Keyword research for search engine optimization involves expanding a core word or phrase with so-called modifiers, words that imply query intent.
For example, modifiers for the core term of “dieting” could include “dieting tips,” “dieting apps,” and “dieting for dummies.” All signal unique needs and phases of buying journeys.
But how to find those modifiers, the related terms? I’ll address it in this post.
How to Find Related Keywords
Google. When it comes to keyword research, Google is your (free) best friend. Google search results include keywords closely related to a query. An -intitle: search operator will produce results that exclude the query term in the title tags. It’s an excellent way to identify modifiers and other content ideas.
The “People also ask” section of search results can also reveal related terms, as can Google Trends with its “Related queries” list. “Related” in this case is what folks search for after the core (or “seed”) keyword.
Text Optimizer. Semantic analysis is the process of expanding a topic into related concepts and entities. It provides a better understanding of the context behind any query.
Google uses semantic analysis to generate search results based on the meaning of a query instead of the exact phrase. Thus a query of “dieting” could include results for “lose weight.”
Search optimizers use semantic research for a better understanding of a keyword.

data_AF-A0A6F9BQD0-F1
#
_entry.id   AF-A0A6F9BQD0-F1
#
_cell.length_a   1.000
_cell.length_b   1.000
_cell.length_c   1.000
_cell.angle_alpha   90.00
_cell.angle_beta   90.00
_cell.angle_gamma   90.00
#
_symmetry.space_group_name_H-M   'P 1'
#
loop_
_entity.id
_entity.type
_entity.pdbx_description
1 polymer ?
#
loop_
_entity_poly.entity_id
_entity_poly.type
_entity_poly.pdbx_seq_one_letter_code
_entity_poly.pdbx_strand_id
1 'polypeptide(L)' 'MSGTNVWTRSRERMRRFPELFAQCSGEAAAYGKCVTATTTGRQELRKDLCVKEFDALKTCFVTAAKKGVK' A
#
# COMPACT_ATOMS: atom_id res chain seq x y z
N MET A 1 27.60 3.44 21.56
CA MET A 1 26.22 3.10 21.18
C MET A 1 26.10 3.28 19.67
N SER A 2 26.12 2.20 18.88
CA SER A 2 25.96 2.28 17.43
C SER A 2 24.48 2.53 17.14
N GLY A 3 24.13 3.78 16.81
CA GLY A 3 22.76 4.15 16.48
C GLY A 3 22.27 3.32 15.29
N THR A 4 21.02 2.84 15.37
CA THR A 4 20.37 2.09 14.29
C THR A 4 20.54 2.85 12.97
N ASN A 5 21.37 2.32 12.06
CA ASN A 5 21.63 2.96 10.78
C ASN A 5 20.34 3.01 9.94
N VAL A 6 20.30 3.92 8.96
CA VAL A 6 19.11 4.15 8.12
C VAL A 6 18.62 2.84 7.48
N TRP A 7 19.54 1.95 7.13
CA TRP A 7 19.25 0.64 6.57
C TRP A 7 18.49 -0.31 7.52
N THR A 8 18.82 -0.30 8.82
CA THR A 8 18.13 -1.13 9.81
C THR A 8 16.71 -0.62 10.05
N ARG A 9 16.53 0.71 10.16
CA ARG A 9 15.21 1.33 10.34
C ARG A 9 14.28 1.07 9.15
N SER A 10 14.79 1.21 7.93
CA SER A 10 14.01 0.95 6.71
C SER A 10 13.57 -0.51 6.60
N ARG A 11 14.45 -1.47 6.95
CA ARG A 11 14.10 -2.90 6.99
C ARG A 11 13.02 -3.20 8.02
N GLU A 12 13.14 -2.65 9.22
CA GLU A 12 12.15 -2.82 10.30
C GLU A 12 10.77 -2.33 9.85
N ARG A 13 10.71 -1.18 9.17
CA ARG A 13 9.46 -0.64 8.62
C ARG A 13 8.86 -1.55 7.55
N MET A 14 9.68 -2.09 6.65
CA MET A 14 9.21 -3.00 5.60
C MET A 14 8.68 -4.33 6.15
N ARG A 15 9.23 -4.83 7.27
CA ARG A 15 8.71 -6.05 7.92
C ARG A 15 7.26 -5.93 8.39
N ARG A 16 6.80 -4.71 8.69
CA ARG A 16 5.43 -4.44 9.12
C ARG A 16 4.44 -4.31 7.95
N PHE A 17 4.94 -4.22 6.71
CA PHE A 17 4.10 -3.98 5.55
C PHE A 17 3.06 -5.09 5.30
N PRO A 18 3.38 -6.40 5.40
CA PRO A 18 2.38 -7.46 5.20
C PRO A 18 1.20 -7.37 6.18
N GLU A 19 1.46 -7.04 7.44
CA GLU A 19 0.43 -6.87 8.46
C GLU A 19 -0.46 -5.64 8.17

Text Optimizer can help by generating the related phrases from Google search results for a given query. It’s a handy way to discover modifiers to expand the seed terms in product descriptions, blog posts, titles, and related. The company offers a WordPress plugin and a Chrome extension in addition to its website.
Semrush. Semrush offers “related” keywords — “variants, synonyms, or semantically related terms” — to any seed. Enter the term and then filter it from the ensuing results to obtain only modifiers.
Semrush obtains “related keywords” from Google’s top 20 organic results based on overlapping phrases with the seed — the more frequent the overlap, the more related.
For example, the core term of “dieting” overlaps with “weight loss,” “calorie deficit,” and “nutrition tips.”
Semrush also shows, on the left (below), search trends around the related keywords. For “dieting,” the trends include “natural,” “teenage,” and “change.” Clicking any of them generates yet another list of related keywords from that trending term.
Keyword research is a never-ending process of discovering a target audience’s search terms and patterns. The research is not restricted to Google. YouTube, Amazon, and, yes, Bing can help, too.